I don't think you and I are talking about the same article. the one I'm referring to is written for the huffington post by a sahra vang nguyen, hyper-linked as 'news sites.' she doesn't link anything in her article.

    3. Tuan

      yes, hollow is the right word and I agree that Asians are appropriating white guilt for some weird reason.

      I see what you mean about the Sahra Nguyen article - meant to link something else there!

  3. Great article, Ben.

    The problem with the "progressives" (I put it in quotes because they're not exactly helping society progress) is that it's all emotional. They buy the stereotypes/liberal narratives, and then they try to manipulate the facts to fit the narrative. Right now, the narrative is that black people are hopelessly oppressed. It's not true in all cases, or even in most cases, but because that's the narrative, Asians must also be complicit in oppressing blacks, since that's the only way Asians can get in on the action.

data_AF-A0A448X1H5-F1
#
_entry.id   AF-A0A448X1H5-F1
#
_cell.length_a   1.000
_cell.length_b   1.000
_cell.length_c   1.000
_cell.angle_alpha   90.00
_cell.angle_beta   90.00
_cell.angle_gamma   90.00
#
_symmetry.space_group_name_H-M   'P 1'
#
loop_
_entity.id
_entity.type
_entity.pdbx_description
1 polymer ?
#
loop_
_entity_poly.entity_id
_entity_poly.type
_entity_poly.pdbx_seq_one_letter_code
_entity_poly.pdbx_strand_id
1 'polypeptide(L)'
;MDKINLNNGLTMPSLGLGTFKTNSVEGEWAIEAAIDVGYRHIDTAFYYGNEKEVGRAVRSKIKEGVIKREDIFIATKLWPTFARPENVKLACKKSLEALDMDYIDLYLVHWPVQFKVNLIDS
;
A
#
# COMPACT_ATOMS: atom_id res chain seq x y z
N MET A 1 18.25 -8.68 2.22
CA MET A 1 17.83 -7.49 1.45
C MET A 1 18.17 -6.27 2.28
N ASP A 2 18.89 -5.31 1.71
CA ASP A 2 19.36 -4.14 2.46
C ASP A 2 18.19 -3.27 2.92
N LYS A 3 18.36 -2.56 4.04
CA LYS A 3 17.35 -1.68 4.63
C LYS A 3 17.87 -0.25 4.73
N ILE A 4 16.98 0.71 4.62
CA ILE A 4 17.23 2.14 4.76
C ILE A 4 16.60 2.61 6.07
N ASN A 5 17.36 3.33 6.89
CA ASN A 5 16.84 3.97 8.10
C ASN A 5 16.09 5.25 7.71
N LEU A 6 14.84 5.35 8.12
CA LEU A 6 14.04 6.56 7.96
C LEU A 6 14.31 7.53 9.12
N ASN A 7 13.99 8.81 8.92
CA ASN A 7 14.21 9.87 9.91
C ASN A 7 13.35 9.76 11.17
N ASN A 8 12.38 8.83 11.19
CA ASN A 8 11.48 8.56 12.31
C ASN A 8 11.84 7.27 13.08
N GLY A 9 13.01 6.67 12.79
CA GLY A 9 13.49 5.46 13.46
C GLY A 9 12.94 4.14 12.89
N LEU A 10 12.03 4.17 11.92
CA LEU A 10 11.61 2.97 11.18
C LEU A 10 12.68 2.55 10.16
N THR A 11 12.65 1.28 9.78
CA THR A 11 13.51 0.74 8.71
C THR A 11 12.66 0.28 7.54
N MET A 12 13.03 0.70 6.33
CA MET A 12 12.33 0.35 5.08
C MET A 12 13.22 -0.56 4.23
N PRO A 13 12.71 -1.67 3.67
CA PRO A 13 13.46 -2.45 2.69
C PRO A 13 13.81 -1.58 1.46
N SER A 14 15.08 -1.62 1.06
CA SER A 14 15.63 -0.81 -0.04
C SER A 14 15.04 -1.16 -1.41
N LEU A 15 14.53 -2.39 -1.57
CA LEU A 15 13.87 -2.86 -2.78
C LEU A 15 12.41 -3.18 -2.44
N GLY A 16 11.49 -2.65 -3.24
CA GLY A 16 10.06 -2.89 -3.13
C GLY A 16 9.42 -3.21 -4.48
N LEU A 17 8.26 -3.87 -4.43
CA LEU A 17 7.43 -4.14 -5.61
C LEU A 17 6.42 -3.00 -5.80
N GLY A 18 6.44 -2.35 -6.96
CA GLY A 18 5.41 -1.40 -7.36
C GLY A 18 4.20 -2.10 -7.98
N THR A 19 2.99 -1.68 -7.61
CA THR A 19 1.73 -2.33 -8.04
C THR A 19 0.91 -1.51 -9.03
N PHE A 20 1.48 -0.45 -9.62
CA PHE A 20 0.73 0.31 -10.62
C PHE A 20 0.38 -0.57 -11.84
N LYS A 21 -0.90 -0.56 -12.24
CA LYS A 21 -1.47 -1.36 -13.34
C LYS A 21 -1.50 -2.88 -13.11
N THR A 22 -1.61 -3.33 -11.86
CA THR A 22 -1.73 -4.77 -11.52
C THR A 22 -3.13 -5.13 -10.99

It's sad, yes. It's untrue. But very few extremists care about truth.

    1. Hey Byron

      Thanks - it's just plain disturbing that Asian progressives are most outspoken when they are basically maligning their own community. I don''t see how this helps black people at all - it certainly does nothing to foster a more healthy relationship between and black and Asian communities and, worse, it deflects attention away from actual incidences of anti-black racism from institutions.

      Asians in the media seem to be following the lead of Asians in acting; Asian actors all too often seem to accept demeaning and racist roles and rationalize it by saying things like, "it gives us a presence in the industry", or "it's a foot int the door to better roles". None of these assertions seem to lead to much beyond more demeaning roles.

      Likewise, Asians in the media seem to accept that the price they pay for a presence in mainstream media platforms is to also demean, stereotype, and generalize about their community.